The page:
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Investors bet Ukraine crisis will slow pace of ECB and Fed tightening


Government bonds staged a powerful rally on Tuesday as investors bet the economic fallout from Russia’s invasion of Ukraine will push central banks to raise interest rates more slowly than previously anticipated.

The biggest moves came in the eurozone, where Germany’s 10-year bond yield sank below zero for the first time in a month as markets reacted to a string of comments from senior European Central Bank policymakers arguing against any drastic shift in monetary policy until it becomes clearer how the crisis in Ukraine will affect the eurozone economy.

Derivatives linked to short-term interest rates show that investors now expect the ECB to lift interest rates by less than 0.2 percentage points from the current record low of minus 0.5 per cent by the end of the year. Two weeks ago markets were pricing in a return to zero this year.

US Treasuries were also swept up in the rally, with the 10-year yield falling by 0.12 percentage points to 1.72 per cent, its lowest since late January.

Investors still forecast the Fed to press ahead later this month and deliver its first quarter-point interest rate increase since 2018, but expectations about how aggressively it can tighten monetary policy after that point have moderated.

Traders are now pricing in roughly five rate rises this year, down from six on Friday. Bets that the Fed may even consider a double half-point adjustment, which wound down significantly before the invasion following tacit opposition from two senior officials, have now been fully priced out.

Line chart of 10-year government yields (%) showing German yields drop as traders reassess ECB outlook

“There’s a big dovish repricing going on,” said Antoine Bouvet, a rates strategist at ING. “The market has taken the view that the implications from Ukraine are that the ECB and other central banks will move more slowly.”

Energy prices have surged since the Russian invasion began last week, adding to the headache for central bankers trying to keep a lid on the highest inflation in decades across many global economies. That leaves the Fed to grapple with both the inflationary impacts of the war and the potential for an economic slowdown.

“This also has a significant impact on growth globally and in the US,” said Rick Rieder, chief investment officer of global fixed income at BlackRock. “This is clearly going to keep inflation high for a longer period of time. But much of these dynamics are not in the Fed’s control.”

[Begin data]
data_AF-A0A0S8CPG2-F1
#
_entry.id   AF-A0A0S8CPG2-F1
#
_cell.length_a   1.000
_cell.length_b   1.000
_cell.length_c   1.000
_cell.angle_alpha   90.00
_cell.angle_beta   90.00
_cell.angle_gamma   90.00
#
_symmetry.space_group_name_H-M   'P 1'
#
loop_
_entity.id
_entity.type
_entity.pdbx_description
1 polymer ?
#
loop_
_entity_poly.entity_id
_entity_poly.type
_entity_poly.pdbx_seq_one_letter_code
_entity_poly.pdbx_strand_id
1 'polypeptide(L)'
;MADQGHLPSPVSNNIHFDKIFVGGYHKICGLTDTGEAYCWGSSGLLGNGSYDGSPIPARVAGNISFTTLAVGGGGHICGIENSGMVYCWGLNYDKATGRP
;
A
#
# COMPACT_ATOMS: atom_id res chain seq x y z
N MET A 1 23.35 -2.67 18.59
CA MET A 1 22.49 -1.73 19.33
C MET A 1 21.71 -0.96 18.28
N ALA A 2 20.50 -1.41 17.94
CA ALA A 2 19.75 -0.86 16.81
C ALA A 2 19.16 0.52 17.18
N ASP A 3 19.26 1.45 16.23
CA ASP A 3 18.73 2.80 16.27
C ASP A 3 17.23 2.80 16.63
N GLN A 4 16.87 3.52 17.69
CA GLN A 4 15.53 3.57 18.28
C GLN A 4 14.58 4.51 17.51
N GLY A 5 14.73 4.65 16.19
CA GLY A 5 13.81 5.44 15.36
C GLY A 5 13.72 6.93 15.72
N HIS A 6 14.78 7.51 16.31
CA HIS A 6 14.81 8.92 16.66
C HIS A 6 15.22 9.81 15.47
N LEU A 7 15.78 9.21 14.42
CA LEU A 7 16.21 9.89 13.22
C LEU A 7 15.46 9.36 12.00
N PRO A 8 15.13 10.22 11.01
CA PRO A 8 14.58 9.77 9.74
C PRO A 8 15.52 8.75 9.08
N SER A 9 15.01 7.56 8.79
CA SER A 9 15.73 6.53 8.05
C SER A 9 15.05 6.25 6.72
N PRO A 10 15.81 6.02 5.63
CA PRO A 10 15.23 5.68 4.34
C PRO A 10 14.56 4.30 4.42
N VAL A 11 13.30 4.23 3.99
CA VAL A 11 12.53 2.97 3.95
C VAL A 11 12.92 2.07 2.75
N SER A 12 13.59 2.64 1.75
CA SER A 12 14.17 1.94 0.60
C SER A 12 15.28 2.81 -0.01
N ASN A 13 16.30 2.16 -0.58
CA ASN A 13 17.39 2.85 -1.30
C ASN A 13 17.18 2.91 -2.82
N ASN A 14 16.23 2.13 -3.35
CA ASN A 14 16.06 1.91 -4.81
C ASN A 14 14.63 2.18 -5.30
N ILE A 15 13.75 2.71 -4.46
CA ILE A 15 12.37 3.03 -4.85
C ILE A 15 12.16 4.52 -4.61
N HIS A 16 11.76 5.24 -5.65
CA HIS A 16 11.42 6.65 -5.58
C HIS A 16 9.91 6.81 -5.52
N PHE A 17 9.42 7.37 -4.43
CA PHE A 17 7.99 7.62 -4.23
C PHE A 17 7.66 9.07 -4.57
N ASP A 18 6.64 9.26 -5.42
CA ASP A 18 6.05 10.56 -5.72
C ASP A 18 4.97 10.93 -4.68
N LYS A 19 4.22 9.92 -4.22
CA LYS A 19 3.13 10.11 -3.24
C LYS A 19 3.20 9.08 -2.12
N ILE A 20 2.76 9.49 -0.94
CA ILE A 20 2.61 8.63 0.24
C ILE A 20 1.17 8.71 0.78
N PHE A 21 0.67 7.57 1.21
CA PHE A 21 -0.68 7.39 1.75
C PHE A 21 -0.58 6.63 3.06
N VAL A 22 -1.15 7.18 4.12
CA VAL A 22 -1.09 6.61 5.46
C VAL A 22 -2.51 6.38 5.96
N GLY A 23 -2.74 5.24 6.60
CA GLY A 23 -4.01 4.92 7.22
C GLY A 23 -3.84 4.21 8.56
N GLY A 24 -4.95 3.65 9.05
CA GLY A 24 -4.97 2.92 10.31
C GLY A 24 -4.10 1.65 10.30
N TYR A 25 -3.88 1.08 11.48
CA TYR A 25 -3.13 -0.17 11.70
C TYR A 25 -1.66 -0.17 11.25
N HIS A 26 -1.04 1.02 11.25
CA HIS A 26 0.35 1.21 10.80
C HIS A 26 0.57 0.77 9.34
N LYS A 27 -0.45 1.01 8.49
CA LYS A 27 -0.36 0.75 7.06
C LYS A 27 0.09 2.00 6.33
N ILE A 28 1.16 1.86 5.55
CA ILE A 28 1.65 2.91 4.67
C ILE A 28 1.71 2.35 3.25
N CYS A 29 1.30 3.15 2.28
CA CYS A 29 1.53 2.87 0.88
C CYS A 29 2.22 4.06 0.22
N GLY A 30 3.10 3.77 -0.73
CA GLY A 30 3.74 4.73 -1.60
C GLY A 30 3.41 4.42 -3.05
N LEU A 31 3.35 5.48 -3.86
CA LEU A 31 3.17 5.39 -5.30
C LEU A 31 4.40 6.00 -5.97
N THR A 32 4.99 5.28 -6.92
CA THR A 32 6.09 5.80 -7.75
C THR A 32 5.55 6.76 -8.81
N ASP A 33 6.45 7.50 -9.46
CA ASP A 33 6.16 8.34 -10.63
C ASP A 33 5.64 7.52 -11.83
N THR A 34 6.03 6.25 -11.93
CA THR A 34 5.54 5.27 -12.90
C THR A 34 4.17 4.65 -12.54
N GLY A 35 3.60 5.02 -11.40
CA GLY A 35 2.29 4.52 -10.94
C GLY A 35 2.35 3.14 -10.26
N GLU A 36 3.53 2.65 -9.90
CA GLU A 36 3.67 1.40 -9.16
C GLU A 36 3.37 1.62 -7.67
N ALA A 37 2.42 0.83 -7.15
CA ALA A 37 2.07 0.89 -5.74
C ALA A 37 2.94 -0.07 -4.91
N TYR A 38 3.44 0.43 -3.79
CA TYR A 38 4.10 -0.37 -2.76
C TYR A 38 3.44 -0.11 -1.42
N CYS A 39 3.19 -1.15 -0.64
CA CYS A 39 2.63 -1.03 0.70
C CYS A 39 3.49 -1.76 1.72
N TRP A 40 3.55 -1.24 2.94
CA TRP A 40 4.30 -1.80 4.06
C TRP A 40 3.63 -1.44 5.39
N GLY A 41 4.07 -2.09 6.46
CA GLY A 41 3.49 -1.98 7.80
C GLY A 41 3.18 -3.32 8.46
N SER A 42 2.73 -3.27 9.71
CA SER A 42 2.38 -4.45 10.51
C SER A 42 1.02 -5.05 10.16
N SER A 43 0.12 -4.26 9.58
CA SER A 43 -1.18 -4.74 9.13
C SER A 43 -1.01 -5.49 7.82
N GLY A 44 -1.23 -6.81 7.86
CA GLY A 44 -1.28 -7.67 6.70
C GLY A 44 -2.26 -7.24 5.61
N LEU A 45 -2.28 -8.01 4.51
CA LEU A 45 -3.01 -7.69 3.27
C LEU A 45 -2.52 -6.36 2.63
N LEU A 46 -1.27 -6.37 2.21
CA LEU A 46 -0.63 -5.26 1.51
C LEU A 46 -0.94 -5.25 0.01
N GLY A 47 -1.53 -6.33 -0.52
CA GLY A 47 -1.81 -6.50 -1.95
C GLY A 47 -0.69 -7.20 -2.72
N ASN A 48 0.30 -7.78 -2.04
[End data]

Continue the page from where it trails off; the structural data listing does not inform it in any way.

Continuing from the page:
He added: “The Fed’s going to have to move but growth will moderate to the point that as you get into the second half of the year I’m not sure the Fed is in a rush.” Rieder said the potential for a slower-moving Fed had made yields on short-term US government debt attractive.

Luke Ellis, chief executive of Man Group, one of the world’s biggest hedge fund managers, echoed that view, telling the Financial Times on Tuesday that the Ukraine situation “pushes back” central bank rate rise expectations.

Ahead of next week’s policy meeting, ECB officials said the crisis in Ukraine was likely to push up eurozone inflation from its already record levels by aggravating pressures in energy markets and could lower growth by disrupting trade and hitting confidence of businesses and households.

“It would be unwise to pre-commit on future policy steps until the fallout from the current crisis becomes clearer,” said Fabio Panetta, an ECB executive board member, in a speech on Monday. “We should aim to accompany the recovery with a light touch, taking moderate and careful steps as the fallout from the current crisis becomes clearer,” he added.

This marks a shift in tone from the ECB. Several of its officials signalled before Russia invaded Ukraine that they expected it to “normalise” monetary policy by ending asset purchases earlier than planned ahead of an interest rate rise later this year.

US government bond yields slide from recent peak

The ECB governing council is due to meet next week, when it will publish new economic forecasts that are expected to signal inflation stabilising close to its 2 per cent target over the next two years — a key condition for it to start raising interest rates.

However, the heads of the Greek and Portuguese central banks both said on Monday that the war in Ukraine increased the chances of the eurozone economy suffering a period of stagflation — a toxic mixture of stagnant growth and inflationary supply shocks.

“I am convinced that the traction of growth that the economy was following will prevail,” said Mário Centeno of Portugal, who is an ECB governing council member, while warning: “A scenario close to stagflation is not out of the possibilities that we can face.”

Yannis Stournaras, head of the Greek central bank, said: “We will review the evidence carefully, since we do not want to repeat past mistakes of tightening too early, especially in the face of such an important supply shock like the one caused by the Ukrainian crisis.”

Expectations of a more dovish ECB have also boosted riskier debt in the eurozone. Italy’s 10-year bond yield fell sharply on Tuesday, narrowing the gap with German yields to 1.45 percentage points, from above 1.7 percentage points a week ago.



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